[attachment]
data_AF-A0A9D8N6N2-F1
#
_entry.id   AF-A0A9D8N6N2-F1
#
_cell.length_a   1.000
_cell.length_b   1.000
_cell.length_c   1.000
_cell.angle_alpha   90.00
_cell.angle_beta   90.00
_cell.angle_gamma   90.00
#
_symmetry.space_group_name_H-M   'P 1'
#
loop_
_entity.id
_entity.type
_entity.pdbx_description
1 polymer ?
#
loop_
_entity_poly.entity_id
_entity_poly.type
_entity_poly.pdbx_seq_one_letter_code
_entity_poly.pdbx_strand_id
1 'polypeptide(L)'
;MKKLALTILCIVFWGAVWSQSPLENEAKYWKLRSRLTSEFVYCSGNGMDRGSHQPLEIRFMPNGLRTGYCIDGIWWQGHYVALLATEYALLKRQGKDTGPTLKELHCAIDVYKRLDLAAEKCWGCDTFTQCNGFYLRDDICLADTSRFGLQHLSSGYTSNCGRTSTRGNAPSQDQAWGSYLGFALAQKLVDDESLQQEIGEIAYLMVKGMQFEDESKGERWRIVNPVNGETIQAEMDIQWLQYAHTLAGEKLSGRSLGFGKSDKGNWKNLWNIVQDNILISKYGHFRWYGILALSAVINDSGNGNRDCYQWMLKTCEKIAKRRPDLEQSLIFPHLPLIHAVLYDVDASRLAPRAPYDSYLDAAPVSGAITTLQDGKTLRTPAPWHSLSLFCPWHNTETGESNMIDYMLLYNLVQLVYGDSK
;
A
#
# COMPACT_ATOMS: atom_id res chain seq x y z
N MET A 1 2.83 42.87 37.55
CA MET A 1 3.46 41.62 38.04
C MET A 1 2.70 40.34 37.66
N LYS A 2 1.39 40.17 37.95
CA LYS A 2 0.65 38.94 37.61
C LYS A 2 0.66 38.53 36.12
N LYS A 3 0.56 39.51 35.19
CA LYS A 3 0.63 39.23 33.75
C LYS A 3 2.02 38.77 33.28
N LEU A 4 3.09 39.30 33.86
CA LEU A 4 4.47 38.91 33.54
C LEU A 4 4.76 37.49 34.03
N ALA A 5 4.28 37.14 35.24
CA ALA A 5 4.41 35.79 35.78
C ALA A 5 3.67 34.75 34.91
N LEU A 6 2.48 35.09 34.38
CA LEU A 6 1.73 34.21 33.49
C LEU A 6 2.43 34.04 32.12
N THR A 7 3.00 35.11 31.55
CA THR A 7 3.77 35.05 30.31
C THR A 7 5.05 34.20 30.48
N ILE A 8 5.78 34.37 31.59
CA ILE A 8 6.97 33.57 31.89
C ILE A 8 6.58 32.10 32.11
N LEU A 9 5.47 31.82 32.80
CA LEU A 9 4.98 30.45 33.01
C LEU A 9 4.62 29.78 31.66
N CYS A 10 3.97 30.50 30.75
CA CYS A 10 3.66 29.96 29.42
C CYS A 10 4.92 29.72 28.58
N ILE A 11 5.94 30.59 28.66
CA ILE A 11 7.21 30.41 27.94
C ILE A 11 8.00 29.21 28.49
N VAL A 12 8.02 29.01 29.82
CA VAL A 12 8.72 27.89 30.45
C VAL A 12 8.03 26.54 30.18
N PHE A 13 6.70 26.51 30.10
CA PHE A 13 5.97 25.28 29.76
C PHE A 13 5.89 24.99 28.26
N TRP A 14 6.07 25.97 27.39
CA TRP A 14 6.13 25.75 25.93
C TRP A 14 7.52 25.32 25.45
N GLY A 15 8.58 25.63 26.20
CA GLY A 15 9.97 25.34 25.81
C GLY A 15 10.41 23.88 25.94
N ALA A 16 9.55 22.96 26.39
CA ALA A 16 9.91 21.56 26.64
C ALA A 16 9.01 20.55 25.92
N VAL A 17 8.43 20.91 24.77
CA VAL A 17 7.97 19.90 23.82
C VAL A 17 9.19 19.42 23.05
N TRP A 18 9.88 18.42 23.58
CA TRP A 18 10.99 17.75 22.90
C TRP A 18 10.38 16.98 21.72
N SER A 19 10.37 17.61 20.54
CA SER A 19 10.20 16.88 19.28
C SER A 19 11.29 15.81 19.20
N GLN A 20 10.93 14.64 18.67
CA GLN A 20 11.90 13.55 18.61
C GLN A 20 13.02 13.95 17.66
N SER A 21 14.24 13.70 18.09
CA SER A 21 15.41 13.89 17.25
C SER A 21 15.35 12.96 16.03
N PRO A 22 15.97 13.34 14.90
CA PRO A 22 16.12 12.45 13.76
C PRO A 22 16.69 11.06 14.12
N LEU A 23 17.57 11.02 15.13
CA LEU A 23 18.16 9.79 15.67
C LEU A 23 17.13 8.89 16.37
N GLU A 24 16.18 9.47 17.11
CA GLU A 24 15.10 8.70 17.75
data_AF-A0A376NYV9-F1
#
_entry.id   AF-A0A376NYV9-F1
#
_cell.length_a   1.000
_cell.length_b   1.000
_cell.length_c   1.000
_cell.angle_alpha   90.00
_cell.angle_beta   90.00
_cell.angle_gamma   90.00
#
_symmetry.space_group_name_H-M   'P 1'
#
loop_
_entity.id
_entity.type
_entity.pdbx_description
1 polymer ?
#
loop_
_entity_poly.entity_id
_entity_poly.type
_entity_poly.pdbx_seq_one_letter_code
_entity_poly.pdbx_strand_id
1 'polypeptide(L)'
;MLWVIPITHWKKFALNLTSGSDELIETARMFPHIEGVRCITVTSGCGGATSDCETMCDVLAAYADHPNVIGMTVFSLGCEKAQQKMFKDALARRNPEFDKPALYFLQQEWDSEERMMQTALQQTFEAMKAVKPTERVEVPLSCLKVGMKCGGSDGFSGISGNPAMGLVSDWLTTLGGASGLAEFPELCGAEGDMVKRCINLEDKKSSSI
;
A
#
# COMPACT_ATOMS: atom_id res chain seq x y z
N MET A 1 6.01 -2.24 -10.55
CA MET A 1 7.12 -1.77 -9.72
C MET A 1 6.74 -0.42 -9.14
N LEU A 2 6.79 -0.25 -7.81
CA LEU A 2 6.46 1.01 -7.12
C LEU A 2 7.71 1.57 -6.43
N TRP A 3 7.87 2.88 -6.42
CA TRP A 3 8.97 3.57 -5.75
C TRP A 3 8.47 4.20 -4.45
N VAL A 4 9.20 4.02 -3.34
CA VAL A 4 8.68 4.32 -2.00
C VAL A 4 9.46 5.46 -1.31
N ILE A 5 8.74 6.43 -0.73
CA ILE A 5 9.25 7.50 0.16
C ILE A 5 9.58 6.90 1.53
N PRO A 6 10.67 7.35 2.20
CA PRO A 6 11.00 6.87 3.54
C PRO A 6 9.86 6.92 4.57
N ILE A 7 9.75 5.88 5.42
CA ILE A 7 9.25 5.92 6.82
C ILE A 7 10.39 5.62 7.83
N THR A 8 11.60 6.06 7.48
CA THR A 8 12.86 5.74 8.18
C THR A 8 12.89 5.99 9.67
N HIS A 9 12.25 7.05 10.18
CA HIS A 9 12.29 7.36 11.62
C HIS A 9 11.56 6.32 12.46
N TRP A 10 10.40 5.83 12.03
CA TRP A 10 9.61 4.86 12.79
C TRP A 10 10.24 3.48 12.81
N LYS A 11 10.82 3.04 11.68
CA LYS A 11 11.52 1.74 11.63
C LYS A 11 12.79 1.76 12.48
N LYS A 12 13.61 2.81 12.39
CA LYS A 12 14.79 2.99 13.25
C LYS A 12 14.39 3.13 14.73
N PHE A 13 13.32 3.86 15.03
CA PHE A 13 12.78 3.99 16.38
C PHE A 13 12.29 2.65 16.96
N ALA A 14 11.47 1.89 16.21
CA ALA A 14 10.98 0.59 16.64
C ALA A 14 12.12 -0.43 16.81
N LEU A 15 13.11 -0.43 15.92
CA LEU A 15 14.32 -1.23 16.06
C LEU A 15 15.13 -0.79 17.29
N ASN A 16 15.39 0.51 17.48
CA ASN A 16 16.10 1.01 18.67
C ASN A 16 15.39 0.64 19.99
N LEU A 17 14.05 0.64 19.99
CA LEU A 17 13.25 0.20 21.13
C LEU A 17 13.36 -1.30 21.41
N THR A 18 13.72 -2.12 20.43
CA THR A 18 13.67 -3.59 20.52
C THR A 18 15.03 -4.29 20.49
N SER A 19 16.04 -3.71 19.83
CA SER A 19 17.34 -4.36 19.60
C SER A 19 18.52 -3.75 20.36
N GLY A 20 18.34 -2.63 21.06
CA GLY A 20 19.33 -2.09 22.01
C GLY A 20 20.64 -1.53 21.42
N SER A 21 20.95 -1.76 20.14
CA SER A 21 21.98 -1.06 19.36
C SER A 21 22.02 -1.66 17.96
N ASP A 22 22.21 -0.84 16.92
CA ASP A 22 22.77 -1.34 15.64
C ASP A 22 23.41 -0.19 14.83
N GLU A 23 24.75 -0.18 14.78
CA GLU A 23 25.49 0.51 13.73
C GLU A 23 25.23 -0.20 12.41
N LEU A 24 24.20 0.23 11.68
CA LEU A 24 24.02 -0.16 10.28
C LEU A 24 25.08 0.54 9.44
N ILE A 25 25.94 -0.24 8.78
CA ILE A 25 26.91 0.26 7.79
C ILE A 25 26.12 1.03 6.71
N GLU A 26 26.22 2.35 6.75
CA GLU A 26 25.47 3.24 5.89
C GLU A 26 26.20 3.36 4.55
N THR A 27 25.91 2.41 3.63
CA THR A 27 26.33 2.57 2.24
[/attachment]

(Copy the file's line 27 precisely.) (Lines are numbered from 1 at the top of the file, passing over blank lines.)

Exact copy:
;